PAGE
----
JEMIMA IS NOT YET 25, so she never had a chance to "vote often and early for James Michael Curley," who died in 1958. But the crooked legend of Boston politics -- who was, not always at different times, a congressman, a mayor, a Massachusetts governor, and a prison inmate -- would surely have admired Jemima's electoral diligence in 1996.
Not that Jemima went to the polls last week. She didn't even leave the house. She didn't have to. Weeks earlier, she had gotten an absentee ballot from the Board of Elections in Cleveland. And from the Board of Election Commissioners in Chicago, Ill. And from the Election Department in Brookline, Mass. For the price of three stamps, she was able to vote in three cities -- without being a legal resident of any of them.
It was easy.
Under the National Voter Registration Act -- the "motor voter law" -- states are required to accept voter registrations by mail. No longer can citizens be asked to make a trip to town hall or the county office. No longer do they have to provide proof of residence or citizenship. In fact, they don't have to exist. Motor voter obliges election officials to add to the voter list any name mailed in on a properly filled-out registration form. Anyone so registered can then request an absentee ballot -- by mail, of course. The system is not only open to manipulation, it invites it.
Which is perfectly fine with the activists who clamored to get motor voter on the books. Just ask Richard Cloward, executive director of Human SERVE, the New York-based lobby that led the fight. "It's better to have a little bit of fraud," Cloward told CBS News, "than to leave people off the rolls who belong there."
There was a time when the only people who "belonged" on the rolls were those who made it their business to register. If that involved some slight effort, such as a one-time visit to the town clerk's office, it was a small enough price to pay for the great privilege of becoming a voter.
No more. The theory behind motor voter is no one should ever have to overcome any hurdle, however trivial, in order to register to vote. A trip to city hall? Too arduous. Some evidence of legal residence, such as a driver's license? Unreasonable. A birth certificate or passport to prove US citizenship? Too onerous.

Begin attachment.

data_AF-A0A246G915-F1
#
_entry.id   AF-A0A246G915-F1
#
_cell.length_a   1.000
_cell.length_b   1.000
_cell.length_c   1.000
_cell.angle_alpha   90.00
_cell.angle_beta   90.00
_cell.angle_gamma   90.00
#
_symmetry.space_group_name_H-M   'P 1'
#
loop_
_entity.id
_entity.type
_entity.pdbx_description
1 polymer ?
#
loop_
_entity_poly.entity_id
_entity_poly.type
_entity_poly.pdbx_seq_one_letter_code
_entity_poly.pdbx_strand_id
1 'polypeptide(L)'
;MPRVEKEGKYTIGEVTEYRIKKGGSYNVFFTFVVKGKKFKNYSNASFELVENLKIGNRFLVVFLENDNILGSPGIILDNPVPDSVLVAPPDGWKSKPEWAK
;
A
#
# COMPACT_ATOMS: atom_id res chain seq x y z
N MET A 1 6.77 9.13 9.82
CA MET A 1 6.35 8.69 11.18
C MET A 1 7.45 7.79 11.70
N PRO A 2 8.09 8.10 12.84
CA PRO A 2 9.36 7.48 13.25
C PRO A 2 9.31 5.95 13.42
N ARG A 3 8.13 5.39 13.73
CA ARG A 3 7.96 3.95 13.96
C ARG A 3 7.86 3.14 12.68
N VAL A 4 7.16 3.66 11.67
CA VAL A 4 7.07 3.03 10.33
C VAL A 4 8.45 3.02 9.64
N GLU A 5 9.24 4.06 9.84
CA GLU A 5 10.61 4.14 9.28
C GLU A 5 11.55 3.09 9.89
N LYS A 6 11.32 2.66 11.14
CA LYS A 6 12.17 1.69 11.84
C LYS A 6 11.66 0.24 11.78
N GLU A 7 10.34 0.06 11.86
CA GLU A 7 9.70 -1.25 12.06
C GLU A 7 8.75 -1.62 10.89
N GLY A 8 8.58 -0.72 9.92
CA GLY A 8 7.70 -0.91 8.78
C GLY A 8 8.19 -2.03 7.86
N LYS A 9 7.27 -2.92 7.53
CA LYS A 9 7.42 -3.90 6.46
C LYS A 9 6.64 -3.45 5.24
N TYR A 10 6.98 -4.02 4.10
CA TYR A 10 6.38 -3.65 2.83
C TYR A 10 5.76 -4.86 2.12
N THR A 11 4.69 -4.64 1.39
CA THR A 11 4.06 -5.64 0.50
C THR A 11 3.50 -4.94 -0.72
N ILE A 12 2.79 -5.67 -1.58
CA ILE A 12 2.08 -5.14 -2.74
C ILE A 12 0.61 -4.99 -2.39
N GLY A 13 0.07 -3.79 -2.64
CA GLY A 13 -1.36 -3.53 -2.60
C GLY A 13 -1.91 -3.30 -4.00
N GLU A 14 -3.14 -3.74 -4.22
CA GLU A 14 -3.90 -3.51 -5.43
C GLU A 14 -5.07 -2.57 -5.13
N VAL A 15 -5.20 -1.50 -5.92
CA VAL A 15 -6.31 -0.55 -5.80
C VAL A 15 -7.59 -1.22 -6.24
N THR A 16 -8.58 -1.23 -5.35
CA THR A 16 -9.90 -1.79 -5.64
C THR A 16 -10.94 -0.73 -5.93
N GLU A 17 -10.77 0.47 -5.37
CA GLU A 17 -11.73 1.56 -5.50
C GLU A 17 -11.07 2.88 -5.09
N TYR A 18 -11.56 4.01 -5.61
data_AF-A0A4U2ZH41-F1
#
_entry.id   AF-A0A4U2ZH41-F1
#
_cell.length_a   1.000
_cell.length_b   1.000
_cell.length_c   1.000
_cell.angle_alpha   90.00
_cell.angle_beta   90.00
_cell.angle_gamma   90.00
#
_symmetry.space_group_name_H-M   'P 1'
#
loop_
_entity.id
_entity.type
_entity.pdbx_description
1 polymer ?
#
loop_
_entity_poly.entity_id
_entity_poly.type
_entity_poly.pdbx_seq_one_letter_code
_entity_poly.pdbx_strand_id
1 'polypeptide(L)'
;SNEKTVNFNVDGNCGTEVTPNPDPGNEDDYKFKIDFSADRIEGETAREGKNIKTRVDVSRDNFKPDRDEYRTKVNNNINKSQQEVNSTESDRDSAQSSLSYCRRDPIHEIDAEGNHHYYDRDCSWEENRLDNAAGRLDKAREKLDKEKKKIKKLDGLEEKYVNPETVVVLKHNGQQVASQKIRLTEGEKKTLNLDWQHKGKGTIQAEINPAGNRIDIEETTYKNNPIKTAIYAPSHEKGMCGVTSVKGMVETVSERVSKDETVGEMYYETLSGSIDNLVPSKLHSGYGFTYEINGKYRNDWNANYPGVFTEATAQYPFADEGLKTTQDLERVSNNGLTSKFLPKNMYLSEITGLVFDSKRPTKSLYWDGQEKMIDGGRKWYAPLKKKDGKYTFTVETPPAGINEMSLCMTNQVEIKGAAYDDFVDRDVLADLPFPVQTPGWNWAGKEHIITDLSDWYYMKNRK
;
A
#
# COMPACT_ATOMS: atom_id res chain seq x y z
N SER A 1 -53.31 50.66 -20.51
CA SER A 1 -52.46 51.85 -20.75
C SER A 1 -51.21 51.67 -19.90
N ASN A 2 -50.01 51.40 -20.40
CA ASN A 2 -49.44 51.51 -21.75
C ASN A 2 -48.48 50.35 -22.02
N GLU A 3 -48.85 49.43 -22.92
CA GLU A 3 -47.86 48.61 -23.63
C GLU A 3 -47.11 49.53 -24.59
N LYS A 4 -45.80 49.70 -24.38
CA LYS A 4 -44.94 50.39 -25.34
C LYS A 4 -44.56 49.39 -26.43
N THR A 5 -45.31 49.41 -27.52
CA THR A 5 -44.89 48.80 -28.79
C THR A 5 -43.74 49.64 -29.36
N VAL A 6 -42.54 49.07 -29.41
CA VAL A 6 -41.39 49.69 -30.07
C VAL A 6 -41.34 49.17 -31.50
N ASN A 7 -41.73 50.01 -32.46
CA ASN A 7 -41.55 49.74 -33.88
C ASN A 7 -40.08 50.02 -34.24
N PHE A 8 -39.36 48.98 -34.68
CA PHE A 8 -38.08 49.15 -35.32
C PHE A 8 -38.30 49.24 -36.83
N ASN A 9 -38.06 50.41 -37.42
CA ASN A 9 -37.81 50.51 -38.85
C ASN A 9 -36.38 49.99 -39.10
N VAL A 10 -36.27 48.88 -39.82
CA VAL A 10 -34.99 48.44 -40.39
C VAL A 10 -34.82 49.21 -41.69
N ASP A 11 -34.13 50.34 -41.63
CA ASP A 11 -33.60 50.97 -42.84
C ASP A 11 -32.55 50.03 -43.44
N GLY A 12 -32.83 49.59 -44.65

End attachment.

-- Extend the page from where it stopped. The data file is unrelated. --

Many voter registration crusaders go further and insist that election officials shouldn't wait to be approached by would-be voters. They want piles of registration blanks set out at libraries and cafeterias. They want caseworkers aggressively registering welfare recipients and food stamp applicants. They want 800 numbers set up so callers can get registration forms -- already filled out and stamped -- by phone. Nothing is to stand in the way of swelling the voter rolls. Not even a voter's own indifference, ignorance, or incompetence to cast a ballot.
Had Jemima wanted to, she could have registered and voted in all 50 states. She could have registered not just in Chicago, but in every Illinois town from Rockford to Carbondale. Using 11 different names, she could have voted 11 absentee ballots in Pennsylvania's 13th Congressional District -- and if she had voted them all for Democrat Joe Hoeffel, who lost to incumbent Rep. John Fox by 10 votes, she could have changed the outcome. Motor voter does more than make such election fraud possible. It makes it probable.
Some enthusiasts, not content to trivialize registration, want to do the same to voting itself. In the view of Phil Keisling, Oregon's secretary of state, no voter should ever have to bestir himself to vote. It is too much, he says, to expect citizens to make a 10-minute stop at their polling place on Election Day. After all, that might require "finding a parking space, arranging and paying for a baby sitter, getting off work early, or braving bad weather." Imagine, having to take an umbrella just to go vote.
Keisling's "solution?" Conduct all voting by mail, as Oregon already does for local and special elections. Like L.L. Bean catalogs and supermarket circulars, ballots in Oregon are junk-mailed to every registered voter weeks before Election Day. No attempt is made to find out whether a voter has moved or died -- or intends to vote. Cheating has become easier than ever. From partisan postal workers dumping ballots in the trash to political operatives "helping" nursing home patients vote, Oregon's election rules have opened the door to campaign dirty-trickery.
Motor voter and vote-by-mail are hawked as magic solutions to public apathy and declining turnout. Some solutions. Last week turnout sank to its lowest level since the Coolidge administration. The drop was especially severe in Oregon, where turnout fell 12 percent from the last presidential election -- a worse showing than in 45 other states.
Dumbing down registration and voting does not make elections more meaningful. It does democracy no honor to be treated like a Publisher's Clearinghouse mailing.
Actually, that's a bad analogy. Jemima could never have tricked Publisher's Clearinghouse into sending her three sweepstakes entries. Yet she had no difficulty getting ballots from three different states. Anyone who thinks motor voter enhances elections ought to ask Jemima how easy it was to exploit.
Not that she'll give you an answer. Jemima, I forgot to mention, is my cat.
Jeff Jacoby is a columnist for The Boston Globe).
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